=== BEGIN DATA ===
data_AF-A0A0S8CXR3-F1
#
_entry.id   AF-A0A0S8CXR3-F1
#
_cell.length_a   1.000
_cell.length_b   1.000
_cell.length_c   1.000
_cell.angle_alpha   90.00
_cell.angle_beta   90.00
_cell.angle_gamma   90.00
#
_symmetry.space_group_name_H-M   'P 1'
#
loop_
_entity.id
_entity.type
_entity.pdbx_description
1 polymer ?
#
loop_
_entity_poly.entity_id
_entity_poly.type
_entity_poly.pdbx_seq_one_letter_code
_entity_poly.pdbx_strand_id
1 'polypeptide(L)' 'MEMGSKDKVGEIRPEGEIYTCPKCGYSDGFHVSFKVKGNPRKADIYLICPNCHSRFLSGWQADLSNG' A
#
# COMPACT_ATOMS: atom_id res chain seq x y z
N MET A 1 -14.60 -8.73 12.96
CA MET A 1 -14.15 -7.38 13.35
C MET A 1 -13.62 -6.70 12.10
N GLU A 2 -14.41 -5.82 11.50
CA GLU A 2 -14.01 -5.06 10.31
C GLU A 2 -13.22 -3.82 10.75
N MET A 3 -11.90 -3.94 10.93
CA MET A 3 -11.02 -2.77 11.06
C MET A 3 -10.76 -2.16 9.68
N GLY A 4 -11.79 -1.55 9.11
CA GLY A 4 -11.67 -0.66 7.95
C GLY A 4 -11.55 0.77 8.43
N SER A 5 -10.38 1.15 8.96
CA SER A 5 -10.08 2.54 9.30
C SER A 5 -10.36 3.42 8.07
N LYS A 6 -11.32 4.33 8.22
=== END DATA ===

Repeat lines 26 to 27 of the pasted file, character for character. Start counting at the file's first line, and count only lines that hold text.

#
# COMPACT_ATOMS: atom_id res chain seq x y z